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How to Recruit and Retain Latino Attorneys with HLAI President Andrea Belard
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Each year, National Hispanic Heritage Month honors the cultures and contributions of Hispanic and Latino Americans and celebrates their influence on the history, culture, and achievements of the U.S.

We spoke with Andrea Belard, president of the Hispanic Lawyers Association of Illinois (HLAI), about creating a sense of belonging in the legal profession, how law firms can better recruit and retain Latino lawyers, and how allies can help amplify the voices of Latino attorneys in Illinois.

According to the 2021 ABA National Lawyer Population Survey, 4.8% of all lawyers are Hispanic, up just one percentage point from 3.9% a decade earlier. The U.S. population is 18.5% Hispanic. Why do you think the legal profession has been so slow to diversify?

Three things come to mind immediately: access to opportunities, lack of representation, and, like it or not, financial concerns.

Unfortunately, irrespective of the growth in our community over the past decade, the data shows Latino students are still lacking in opportunities for academic attainment, specifically at the collegiate level.

To attend law school, you need a four-year bachelor’s degree and to take the LSAT, all before you try to figure out if you can even afford to pay for it. For most Latino families this is a luxury they cannot undertake, so then comes the major decision of incurring debt or just abandoning the idea of law school and joining the workforce.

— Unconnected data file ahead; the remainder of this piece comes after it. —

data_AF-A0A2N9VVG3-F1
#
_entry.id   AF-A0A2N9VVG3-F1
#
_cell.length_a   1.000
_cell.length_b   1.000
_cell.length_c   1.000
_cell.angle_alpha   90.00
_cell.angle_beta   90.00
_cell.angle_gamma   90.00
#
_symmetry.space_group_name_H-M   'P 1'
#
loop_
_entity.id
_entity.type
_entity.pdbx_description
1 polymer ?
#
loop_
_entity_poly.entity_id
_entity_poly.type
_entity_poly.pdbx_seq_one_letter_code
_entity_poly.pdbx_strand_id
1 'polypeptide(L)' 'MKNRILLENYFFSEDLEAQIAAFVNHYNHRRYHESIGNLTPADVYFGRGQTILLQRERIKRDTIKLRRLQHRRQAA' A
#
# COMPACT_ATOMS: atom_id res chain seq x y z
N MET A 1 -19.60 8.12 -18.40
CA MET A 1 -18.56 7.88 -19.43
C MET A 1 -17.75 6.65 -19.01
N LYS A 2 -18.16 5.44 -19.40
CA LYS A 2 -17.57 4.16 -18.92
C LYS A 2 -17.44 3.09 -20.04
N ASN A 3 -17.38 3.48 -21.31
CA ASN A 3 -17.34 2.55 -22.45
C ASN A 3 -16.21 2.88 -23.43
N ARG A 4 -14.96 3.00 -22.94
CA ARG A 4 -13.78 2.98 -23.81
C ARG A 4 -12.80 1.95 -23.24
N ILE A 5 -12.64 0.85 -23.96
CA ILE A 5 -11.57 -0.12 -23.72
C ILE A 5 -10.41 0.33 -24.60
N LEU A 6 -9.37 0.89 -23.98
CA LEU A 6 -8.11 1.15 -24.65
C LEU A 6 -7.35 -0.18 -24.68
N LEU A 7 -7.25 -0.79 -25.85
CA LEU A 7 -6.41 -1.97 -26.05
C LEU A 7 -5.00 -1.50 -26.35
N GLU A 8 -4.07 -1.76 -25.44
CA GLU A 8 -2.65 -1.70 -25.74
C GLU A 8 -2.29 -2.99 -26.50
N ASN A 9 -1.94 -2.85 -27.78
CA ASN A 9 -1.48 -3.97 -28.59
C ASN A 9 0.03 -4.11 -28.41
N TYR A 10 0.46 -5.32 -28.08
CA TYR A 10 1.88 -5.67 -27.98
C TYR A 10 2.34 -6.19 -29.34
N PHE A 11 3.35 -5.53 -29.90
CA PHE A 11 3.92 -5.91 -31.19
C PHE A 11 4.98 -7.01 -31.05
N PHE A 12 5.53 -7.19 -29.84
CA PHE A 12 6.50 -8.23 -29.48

Add to that the damage the pandemic has had on the economy and we have a recipe for disaster in our numbers.

We know that Latinos and other marginalized communities have been disproportionately affected by the pandemic and I wouldn’t be surprised if we see a major regression in the gains we’ve made through the decades worth of work toward more inclusion and representation in the profession.

Do you think Latino lawyers feel a sense of belonging in the legal profession?

My general answer would be no, but, of course, it doesn’t apply to everyone. A sense of belonging starts years before the person becomes a lawyer and goes back to their opportunities beginning in high school, with students believing they can achieve something.

We’ve heard so many stories of students being told by their counselors in high school and college that they’re not meant to be a lawyer, or they couldn’t pass the LSAT, or they couldn’t afford law school and they should try to be “X” instead, with “X” being whatever you wish to fill in the blank with as long as it’s not a lawyer or a doctor.

The perception that Latino youth aren’t capable of becoming their best selves is a societal problem that unfortunately is outside of our control. The change needs to be systemic, and that’s why representation matters.

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